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Indian court finds 31 guilty of fire attack on Hindu pilgrim train

Atrocity in 2002 killed 59 and sparked riots that saw 1,000 people, mostly Muslims, killed in attacks across Gujarat.

A policeman stands near the burnt-out train carriage in which 59 passengers died in 2002. Yesterday, a court convicted 31 Muslims who were charged with setting the fire.
A policeman stands near the burnt-out train carriage in which 59 passengers died in 2002. Yesterday, a court convicted 31 Muslims who were charged with setting the fire.

NEW DELHI // A special court yesterday convicted 31 people for being part of a group that started a fire in a train car that killed 59 people, mostly Hindu pilgrims, nine years ago.

Sixty-three people were acquitted of taking part in the attack in 2002 on the Sabarmati Express in the Indian state of Gujarat; the incident sparked some of the worst communal riots in India's history. About 1,000 people, mostly Muslims, were killed in attacks across Gujarat after the train attack.

The riots remain the biggest stain on the record of Narendra Modi, the Gujarat chief minister. Mr Modi, a leader in the Bharatiya Janata Party (BJP), has been accused of anti-Muslim sentiments and even of abetting the Hindu rioters in identifying Muslim targets during the 2002 riots.

Mr Modi has often called the train attack a "pre-planned conspiracy", but some disagree.

One report, by Umesh Banerjee, a former judge, suggested that the fire began inside the carriage. "There was first a smell of burning, followed by dense smoke and flames thereafter," his report read. "This sequence is not possible if the fire is caused by an inflammable liquid thrown on the floor of the coach or an inflammable object thrown from outside the coach."

Another report, prepared by the Forensic Science Laboratory in the city of Ahmedabad, argued that inflammable liquids could not have been poured into the carriage from outside the train because the windows were too high off of the ground. Initial police reports also speculated that the attack was part of a "spontaneous" riot.

But two special investigation teams concluded that the attack was planned, and both teams named Maulvi Umarji, a Muslim cleric, as one of the leaders of the attack. Mr Umarji was one of those acquitted yesterday; the court said it found insufficient evidence to convict him. Both the BJP and the Congress parties interpreted the court's decision as vindication of their stands on the case. The BJP has long insisted on a theory of conspiracy behind the attack.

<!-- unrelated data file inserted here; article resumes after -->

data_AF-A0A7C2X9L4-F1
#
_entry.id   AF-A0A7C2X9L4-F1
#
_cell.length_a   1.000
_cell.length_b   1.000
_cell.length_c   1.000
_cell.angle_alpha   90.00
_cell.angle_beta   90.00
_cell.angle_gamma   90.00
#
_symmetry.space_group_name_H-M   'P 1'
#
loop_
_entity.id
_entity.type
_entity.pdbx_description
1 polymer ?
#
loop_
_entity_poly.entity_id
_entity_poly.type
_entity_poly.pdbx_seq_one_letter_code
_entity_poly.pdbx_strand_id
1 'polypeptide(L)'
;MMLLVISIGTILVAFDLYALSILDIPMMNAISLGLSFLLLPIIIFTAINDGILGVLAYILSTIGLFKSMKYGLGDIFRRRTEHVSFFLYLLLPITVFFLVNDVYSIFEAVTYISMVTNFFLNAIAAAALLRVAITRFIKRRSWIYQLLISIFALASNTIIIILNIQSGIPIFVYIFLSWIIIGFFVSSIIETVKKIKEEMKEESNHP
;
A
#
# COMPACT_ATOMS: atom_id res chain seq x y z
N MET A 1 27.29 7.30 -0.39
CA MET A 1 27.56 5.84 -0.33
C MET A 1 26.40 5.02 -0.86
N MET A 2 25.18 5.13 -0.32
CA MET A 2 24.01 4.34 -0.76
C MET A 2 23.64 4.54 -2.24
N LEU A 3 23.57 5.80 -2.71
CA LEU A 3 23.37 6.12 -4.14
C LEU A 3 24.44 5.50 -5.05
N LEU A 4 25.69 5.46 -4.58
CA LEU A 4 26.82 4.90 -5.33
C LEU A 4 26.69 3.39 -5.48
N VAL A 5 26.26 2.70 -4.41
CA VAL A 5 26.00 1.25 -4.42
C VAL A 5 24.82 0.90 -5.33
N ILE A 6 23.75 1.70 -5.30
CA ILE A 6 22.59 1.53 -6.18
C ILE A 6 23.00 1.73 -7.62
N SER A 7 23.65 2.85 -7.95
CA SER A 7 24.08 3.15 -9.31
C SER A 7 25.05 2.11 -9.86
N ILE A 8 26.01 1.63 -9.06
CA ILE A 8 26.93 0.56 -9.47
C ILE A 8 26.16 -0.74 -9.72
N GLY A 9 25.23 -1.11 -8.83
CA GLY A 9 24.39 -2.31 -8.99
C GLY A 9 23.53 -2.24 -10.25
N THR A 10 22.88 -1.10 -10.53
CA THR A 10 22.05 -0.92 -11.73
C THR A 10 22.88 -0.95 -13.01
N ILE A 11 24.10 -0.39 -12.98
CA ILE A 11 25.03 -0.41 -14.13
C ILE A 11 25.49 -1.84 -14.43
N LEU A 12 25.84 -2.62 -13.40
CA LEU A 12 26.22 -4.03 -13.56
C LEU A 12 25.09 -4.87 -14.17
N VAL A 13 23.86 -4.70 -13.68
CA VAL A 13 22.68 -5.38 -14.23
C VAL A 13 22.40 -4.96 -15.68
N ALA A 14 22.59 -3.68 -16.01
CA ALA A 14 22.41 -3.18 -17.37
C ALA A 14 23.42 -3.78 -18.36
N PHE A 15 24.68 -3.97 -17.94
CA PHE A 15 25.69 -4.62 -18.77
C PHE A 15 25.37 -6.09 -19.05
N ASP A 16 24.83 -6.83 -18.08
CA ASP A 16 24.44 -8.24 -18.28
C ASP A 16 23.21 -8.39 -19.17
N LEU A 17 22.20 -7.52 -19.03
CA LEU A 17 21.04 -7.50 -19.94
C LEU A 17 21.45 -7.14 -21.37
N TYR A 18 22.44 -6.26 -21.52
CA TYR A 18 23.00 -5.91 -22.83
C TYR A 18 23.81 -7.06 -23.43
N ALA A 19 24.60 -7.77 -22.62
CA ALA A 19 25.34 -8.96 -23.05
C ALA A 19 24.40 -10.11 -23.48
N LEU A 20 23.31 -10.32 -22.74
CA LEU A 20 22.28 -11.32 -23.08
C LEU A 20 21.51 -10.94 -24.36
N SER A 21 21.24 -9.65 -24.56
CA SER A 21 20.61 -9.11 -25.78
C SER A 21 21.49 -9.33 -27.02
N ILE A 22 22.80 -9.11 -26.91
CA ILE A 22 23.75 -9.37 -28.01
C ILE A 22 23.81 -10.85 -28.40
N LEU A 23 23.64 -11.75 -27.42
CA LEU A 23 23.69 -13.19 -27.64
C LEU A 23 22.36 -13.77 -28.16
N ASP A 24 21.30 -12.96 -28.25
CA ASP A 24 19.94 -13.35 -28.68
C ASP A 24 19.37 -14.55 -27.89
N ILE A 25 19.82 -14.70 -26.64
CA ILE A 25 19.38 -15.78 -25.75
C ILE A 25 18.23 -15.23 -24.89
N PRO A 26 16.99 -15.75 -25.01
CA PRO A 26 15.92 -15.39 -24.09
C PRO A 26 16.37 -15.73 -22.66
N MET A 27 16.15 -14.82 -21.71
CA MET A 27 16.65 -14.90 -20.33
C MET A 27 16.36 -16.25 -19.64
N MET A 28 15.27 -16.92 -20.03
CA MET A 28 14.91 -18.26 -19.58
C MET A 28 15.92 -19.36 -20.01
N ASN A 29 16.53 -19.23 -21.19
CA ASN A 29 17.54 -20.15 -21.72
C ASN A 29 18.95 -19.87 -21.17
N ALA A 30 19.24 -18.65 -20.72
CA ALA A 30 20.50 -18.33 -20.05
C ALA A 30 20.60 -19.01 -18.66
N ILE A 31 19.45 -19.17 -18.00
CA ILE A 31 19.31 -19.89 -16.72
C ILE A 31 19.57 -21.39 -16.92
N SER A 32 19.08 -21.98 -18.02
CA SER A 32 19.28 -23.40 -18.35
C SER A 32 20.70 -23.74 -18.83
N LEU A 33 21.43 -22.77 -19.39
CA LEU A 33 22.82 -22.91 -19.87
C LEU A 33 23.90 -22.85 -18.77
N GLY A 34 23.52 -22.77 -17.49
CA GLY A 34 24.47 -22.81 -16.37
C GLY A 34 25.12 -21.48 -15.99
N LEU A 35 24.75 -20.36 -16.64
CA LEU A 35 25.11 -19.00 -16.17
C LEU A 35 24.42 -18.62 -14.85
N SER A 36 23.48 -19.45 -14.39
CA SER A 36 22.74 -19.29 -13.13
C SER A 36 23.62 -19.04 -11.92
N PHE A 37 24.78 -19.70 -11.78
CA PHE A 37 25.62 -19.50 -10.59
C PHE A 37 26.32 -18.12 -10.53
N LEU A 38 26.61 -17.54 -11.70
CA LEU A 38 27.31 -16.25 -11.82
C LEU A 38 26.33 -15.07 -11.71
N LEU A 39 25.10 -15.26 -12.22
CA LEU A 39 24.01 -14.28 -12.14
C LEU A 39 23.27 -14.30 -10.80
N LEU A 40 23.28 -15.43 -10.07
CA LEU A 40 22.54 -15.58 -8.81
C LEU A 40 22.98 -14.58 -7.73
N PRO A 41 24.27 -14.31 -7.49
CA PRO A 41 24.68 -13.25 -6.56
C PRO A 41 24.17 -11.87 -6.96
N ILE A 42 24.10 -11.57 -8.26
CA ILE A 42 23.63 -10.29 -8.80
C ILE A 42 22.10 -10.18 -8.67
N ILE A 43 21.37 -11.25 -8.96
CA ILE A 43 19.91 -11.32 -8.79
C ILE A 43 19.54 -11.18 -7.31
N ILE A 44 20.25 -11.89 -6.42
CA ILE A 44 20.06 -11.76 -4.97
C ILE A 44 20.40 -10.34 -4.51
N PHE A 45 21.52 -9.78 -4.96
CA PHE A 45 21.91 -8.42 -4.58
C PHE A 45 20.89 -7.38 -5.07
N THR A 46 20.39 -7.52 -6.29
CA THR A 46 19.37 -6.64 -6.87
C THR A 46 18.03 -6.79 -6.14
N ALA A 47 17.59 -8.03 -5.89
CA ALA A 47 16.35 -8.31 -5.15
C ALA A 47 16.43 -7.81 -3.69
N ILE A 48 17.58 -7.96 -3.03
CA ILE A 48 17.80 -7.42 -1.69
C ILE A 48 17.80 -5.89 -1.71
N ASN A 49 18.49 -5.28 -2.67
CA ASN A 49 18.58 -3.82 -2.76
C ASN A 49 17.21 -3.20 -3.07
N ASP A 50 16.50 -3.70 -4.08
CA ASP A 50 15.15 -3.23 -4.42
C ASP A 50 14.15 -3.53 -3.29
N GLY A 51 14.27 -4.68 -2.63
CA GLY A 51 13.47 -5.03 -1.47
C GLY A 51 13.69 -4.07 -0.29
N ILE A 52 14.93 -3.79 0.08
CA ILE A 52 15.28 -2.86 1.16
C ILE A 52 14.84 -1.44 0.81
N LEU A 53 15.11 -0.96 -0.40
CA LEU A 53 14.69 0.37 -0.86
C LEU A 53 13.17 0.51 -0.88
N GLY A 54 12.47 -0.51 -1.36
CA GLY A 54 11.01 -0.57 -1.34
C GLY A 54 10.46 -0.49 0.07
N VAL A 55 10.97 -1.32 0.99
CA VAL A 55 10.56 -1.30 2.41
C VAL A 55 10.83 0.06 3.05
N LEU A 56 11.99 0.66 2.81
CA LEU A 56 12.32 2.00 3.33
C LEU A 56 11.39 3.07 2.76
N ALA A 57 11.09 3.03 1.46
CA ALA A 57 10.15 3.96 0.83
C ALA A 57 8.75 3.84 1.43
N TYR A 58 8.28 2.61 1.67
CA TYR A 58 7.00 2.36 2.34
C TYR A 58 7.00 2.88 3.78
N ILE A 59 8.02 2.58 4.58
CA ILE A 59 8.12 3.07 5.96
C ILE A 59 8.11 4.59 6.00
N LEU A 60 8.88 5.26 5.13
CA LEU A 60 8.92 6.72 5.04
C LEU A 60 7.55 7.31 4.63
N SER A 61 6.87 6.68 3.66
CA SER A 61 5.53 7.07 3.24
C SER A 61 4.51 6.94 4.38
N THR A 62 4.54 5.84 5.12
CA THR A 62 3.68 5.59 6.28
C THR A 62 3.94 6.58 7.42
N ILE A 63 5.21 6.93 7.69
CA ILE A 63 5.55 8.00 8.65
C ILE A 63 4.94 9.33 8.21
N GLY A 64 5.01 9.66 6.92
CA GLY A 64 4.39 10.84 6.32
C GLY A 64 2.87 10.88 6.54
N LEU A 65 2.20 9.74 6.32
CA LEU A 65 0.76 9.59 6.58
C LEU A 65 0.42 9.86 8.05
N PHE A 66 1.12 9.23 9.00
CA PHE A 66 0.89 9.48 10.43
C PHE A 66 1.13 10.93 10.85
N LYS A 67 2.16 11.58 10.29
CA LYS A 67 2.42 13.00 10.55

The Congress Party has claimed that Mr Modi's government has targeted innocent people as part of a larger, divisive strategy. The Congress' general secretary in Gujarat, BK Hariprasad, told the news channel NDTV that the court's acquittal of 63 people proved "that innocent people were put behind bars for nine years."

Such a large number of acquittals highlights the now-defunct Prevention of Terrorism Act, which had permitted detention without charge. All 94 detainees had been arrested during the past nine years under this act, a piece of legislation that the Supreme Court has since ordered to be withdrawn for being too draconian.

Harsh Mander, a former civil-service officer who resigned in protest at the Gujarat government's inaction during the 2002 riots, said: "The standards of proof in a case conducted under terror laws are different from those under normal laws.".

Mr Mander has worked since 2002 with many survivors of the riots, as well as the families of those killed or charged in the arson case. "I know the desperation they've had for nine years," he says.

He is concerned that people who condoned the the riots will now say that it was an "understandable reaction" to the arson conspiracy. "The burning of the train was treated by a lot of people as moral justification for the subsequent massacres of Muslims," he says.

Mr Mander drew a parallel with the anti-Sikh riots in 1984, which occurred after the assassination of Indira Gandhi, who was then the prime minister.

"We know that Indira Gandhi was killed by her Sikh bodyguards, but I don't think that's a justification for touching even a single hair on the head of any other Sikh. It's the same here," he said.